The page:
Five centuries ago a mural was created in a country church in the north of England and then hidden under layers of white paint. Looking at it again will be a distraction, the Rev. Mr. Keach... See full summary »
Camille is a courtesan in Paris. She falls deeply in love with a young man of promise, Armand Duval. When Armand's father begs her not to ruin his hope of a career and position by marrying ... See full summary »
An adolescent British field hockey team goes to Holland, where they find something far more interesting than tulips and windmills - hot, sexy women! They are so busy chasing girls that they forget all about their hockey match.
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Set in modern day Buenos Aires, the film centers around a relationship between two emotionally crippled roommates. Adrian LeDuc is a lonely sociopath who is forced to rent his insane ... See full summary »
In medieval France, young lawyer Richard Courtois leaves Paris for the simpler life in the country. However, he is soon drawn into amorous and political intrigues. At the same time, he is ... See full summary »
A beautiful young single mother feels the pressure from the ex-pat Nigerian community to get married. Her precocious son has met his hero, a cynical English comic book writer and decides he... See full summary »
Based on the award winning play by Julian Mitchell, the film explores the effect of Public School life in the 1930's on Guy Bennett as his homosexuality and unwillingness to "play the game" turns him eastwards towards communist Russia. Written by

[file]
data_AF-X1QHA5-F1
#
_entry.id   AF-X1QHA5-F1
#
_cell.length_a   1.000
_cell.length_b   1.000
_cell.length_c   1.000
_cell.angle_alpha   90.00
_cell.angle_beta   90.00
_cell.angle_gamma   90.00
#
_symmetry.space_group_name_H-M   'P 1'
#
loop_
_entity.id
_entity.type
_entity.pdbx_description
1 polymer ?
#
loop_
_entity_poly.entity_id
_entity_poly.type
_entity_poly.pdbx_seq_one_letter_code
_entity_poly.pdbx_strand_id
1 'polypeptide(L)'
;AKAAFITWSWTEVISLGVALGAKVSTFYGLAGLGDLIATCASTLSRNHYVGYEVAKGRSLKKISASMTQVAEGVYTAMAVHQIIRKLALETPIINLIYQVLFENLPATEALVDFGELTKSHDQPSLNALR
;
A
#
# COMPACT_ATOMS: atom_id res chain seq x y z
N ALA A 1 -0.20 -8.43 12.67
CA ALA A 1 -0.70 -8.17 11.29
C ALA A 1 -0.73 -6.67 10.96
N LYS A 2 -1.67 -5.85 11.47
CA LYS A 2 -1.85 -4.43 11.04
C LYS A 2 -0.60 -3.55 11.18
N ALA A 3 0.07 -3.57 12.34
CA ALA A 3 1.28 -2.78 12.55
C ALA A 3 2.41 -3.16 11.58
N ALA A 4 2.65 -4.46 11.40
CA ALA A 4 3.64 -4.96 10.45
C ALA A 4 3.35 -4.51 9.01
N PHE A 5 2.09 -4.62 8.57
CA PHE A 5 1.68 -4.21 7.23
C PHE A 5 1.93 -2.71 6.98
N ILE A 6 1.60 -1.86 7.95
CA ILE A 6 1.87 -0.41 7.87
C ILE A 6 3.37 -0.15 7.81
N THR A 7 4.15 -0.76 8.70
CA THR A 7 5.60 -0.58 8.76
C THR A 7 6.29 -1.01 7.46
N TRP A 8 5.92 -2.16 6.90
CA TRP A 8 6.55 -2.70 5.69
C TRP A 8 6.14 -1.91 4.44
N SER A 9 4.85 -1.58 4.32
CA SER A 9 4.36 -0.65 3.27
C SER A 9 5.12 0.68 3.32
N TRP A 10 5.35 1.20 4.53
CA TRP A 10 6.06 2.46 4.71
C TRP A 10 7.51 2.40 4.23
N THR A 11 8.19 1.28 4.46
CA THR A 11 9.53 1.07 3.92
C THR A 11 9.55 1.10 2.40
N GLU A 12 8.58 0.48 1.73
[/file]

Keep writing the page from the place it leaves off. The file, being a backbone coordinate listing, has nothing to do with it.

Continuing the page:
Craig Wood <firstname.lastname@example.org>
A very youthful Earl Spencer appears as an extra in several scenes. See more »
You know... What I really hate about cricket, is that it is such a damned good game.
Ah! Judd's Paradox. Of course, cricket is a fundamental part of the capitalist conspiracy.
One only has to observe the two of them seen. There's the Proletariat forced to labour in the field, while the Bourgeoisie indulges in the pleasures of batting and bowling.
I mean, there's every reason to suppose
... that the game ultimately derives from the wholly unjustified right of the ...
[...] See more »
Truly brilliant, although quintessentially English
I was living in France when this film was first released. I had seen the stage play and thoroughly enjoyed it. The film was so good I actually saw it twice over it's opening weekend.
The bulk of the action is set in an English boarding school in the 1930s. This is marvelously portrayed - school bullies, inter house rivalries, the cadet force, cricket - and there is some marvelous interaction between Rupert Everett and Colin Firth. The latter's impassioned defence of Stalin is understated comedy at its finest.
This is a film of great subtlety and beauty, well acted, and underpinned by a haunting soundtrack.
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